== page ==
Sagittaria secundifolia

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Little River arrowhead
Sagittaria secundifolia.jpg

Critically Imperiled (NatureServe)
Scientific classification
Kingdom: Plantae
(unranked): Angiosperms
(unranked): Monocots
Order: Alismatales
Family: Alismataceae
Genus: Sagittaria
Species: S. secundifolia
Binomial name
Sagittaria secundifolia
Kral

Sagittaria secundifolia (Kral's water plantain,[1] Little River arrowhead[2]) is an aquatic plant, growing on or below the water, on rocky creek beds and nearby slopes. It is found only along the Little River of Alabama,[3] and is endangered. It is often found in association with azaleas (Rhododendron spp), mountain laurel (Kalmia) and holly (Ilex). Perennial, aquatic herb with an underwater, thick horizontal root about 5–10 centimeters (2–4 in) long and 6 millimeters (0.25 in) thick. This particular species grows in the cracks in stream beds. Each leaf arches upward and is 5–10 centimeters (2–4 in) long with a pointed tip. Sagittaria secundifolia is found in the Little River drainage in DeKalb and Cherokee counties, the Town Creek drainage in DeKalb County, and in the West Sipsey Fork in Winston County in Alabama. .[4]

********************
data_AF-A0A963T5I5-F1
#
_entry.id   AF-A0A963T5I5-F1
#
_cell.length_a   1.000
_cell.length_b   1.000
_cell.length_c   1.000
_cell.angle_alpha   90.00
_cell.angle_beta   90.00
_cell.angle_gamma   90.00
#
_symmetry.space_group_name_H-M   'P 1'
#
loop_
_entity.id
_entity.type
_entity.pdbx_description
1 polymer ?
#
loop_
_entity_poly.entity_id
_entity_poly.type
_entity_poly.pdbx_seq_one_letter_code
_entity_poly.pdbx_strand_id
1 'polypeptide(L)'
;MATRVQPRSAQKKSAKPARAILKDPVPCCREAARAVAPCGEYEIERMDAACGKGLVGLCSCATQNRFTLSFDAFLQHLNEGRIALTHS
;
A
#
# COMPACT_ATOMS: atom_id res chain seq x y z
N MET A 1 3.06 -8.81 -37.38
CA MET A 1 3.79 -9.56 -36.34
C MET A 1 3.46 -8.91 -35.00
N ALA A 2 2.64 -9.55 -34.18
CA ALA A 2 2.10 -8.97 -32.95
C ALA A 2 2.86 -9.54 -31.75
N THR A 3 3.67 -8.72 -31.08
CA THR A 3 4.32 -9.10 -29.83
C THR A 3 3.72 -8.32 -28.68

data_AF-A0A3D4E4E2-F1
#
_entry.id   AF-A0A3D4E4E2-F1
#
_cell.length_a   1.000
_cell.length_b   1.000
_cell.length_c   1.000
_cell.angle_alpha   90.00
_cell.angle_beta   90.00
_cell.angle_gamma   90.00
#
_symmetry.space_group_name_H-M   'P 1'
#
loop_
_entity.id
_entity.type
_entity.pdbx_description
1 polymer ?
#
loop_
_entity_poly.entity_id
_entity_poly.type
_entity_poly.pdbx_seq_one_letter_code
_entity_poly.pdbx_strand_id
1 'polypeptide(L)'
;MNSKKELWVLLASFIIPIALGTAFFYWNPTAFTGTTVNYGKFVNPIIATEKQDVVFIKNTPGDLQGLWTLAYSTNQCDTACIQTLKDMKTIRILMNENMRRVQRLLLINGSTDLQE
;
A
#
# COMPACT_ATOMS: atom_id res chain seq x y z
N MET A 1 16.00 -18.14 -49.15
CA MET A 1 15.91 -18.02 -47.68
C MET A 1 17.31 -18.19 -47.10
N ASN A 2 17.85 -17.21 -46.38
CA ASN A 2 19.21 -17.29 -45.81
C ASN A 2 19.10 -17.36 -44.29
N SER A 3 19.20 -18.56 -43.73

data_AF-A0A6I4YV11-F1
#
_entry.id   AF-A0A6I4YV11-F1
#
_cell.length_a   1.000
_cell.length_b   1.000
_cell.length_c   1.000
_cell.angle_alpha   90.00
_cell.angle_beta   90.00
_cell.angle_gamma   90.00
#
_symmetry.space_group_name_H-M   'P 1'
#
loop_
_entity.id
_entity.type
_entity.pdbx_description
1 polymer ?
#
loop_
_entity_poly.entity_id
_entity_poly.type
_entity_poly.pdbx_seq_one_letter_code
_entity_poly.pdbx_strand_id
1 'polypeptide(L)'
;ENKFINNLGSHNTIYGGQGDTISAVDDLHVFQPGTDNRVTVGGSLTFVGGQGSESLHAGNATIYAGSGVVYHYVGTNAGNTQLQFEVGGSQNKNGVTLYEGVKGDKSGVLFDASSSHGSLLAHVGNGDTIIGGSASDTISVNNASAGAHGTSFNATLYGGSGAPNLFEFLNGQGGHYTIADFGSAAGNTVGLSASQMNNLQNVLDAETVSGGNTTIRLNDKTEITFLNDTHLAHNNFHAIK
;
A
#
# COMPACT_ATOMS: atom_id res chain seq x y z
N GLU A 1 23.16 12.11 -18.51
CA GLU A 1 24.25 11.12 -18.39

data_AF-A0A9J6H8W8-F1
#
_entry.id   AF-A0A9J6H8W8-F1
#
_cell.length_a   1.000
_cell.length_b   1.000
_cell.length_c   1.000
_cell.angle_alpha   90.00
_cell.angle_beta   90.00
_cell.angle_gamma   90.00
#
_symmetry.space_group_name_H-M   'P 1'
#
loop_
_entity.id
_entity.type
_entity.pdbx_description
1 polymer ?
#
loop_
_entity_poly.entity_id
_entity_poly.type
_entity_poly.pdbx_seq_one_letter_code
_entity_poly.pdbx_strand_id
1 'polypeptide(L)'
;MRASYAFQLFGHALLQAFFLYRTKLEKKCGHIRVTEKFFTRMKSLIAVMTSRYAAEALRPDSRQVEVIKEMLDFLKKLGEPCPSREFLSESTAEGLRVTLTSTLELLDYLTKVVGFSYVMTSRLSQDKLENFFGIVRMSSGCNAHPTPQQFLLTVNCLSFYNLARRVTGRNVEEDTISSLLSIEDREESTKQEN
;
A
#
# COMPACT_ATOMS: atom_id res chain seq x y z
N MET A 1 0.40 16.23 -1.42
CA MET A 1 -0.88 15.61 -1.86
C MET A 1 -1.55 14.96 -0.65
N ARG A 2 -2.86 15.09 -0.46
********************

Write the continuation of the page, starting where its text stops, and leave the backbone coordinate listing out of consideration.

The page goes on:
Both threatened and endangered species and poached species are critical resources to several parks. The last known population of Sagittaria secundifolia is in the Little River system (USFWS 1991), and the endangered green pitcher plant (Sarracenia oreophila) and harperella (Ptilimnium nodosum) are also found there (LIRI). The Lookout Mountain (CHCH) population of the federally endangered mountain skullcap (Scutellaria montana) is listed as one of the last ten remaining population. The Tennessee coneflower (Echinacea tennesseensis) population at STRI is one of five remaining (USFWS 1989).[1]

Some of reasons why Sagittaria secundifolia is endangered is because of things like Erosion-related water quality degradation, silting and turbidity, resulting from development residential -recreational, surface mining, agriculture, and forest conversion. Another thing that causes the plantain to be endangered is water pollution from garbage dumping and leaking sewage systems. Water impoundments and off road vehicle traffic also causes great harm towards the species.[2]

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